Effects of Ad5FGF-4 in Patients With Angina. An Analysis of Pooled Data From the AGENT-3 and AGENT-4 Trials

Timothy D. Henry, Cindy L. Grines, Matthew W. Watkins, Nabil Dib, Gerald Barbeau, Randall Moreadith, Tony Andrasfay, Robert L. Engler

Research output: Contribution to journalArticlepeer-review

160 Scopus citations

Abstract

Objectives: The goal of this study was to explore the effects of angiogenic gene therapy. Background: Preclinical studies with intracoronary administration of Ad5FGF-4 (alferminogene tadenovec, Generx, Berlex Biosciences, Richmond, California) suggested it could induce angiogenesis and provide a new clinical approach to the treatment of chronic angina pectoris. Two preliminary clinical trials provided evidence that it could improve exercise treadmill test (ETT) time and myocardial perfusion. The AGENT (Angiogenic GENe Therapy)-3 and -4 trials of a low and high dose of Ad5FGF-4 for chronic angina were initiated in the U.S. and other countries and enrolled 532 patients in a randomized, double-blind, placebo-controlled fashion. Both studies were halted when an interim analysis of the AGENT-3 trial indicated that the primary end point change from baseline in total ETT time at 12 weeks would not reach significance. Methods: We performed a pooled data analysis from the 2 nearly identical trials to investigate possible treatment effects on primary and secondary end points in prespecified subgroups. Results: The effect of placebo was large and not different than active treatment in men, but the placebo effect in women was negligible and the treatment effect was significantly greater than placebo. We found a significant, gender-specific beneficial effect of Ad5FGF-4 on total ETT time, time to 1 mm ST-segment depression, time to angina, and Canadian Cardiovascular Society class in women. This is the first clinical report of a gender difference in response to cardiac angiogenic therapy. Conclusions: The potential importance of the observed gender-specific angiogenic response on the clinical treatment of refractory angina is substantial and deserves further investigation. (Efficacy and Safety of Intracoronary Ad5FGF-4 in Patients With Stable Angina; http://www.clinicaltrials.gov/ct/show/NCT00346437; NCT00346437) (Safety and Efficacy of Intracoronary Ad5FGF-4 in Patients With Stable Angina [AGENT-4]; http://www.clinicaltrials.gov/ct/show/NCT00185263; NCT00185263) (AWARE; http://www.clinicaltrials.gov/ct/show/NCT000438867; NCT000438867).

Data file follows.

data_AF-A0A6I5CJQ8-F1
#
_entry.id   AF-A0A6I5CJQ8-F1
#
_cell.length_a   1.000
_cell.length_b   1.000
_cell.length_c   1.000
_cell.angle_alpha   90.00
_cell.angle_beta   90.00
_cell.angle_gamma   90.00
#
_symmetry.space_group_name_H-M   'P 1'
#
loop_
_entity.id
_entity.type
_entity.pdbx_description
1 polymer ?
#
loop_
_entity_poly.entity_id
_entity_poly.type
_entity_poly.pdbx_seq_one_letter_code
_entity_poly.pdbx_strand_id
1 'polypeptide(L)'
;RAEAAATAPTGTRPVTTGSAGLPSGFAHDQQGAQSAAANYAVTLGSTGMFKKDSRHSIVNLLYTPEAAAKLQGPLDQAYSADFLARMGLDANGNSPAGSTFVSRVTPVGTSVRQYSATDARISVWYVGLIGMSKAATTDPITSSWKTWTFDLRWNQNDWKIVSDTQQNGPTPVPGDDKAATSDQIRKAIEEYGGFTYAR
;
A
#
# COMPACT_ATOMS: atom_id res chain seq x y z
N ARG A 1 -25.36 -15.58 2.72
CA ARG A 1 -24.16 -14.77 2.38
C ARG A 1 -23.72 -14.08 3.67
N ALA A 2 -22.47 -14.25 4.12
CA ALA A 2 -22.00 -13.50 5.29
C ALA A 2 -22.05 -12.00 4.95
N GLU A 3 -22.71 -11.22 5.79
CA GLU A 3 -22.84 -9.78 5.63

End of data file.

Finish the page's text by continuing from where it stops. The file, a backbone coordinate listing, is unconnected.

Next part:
Original languageEnglish (US)
Pages (from-to)1038-1046
Number of pages9
JournalJournal of the American College of Cardiology
Volume50
Issue number11
DOIs
StatePublished - Sep 11 2007

Fingerprint Dive into the research topics of 'Effects of Ad5FGF-4 in Patients With Angina. An Analysis of Pooled Data From the AGENT-3 and AGENT-4 Trials'. Together they form a unique fingerprint.

Cite this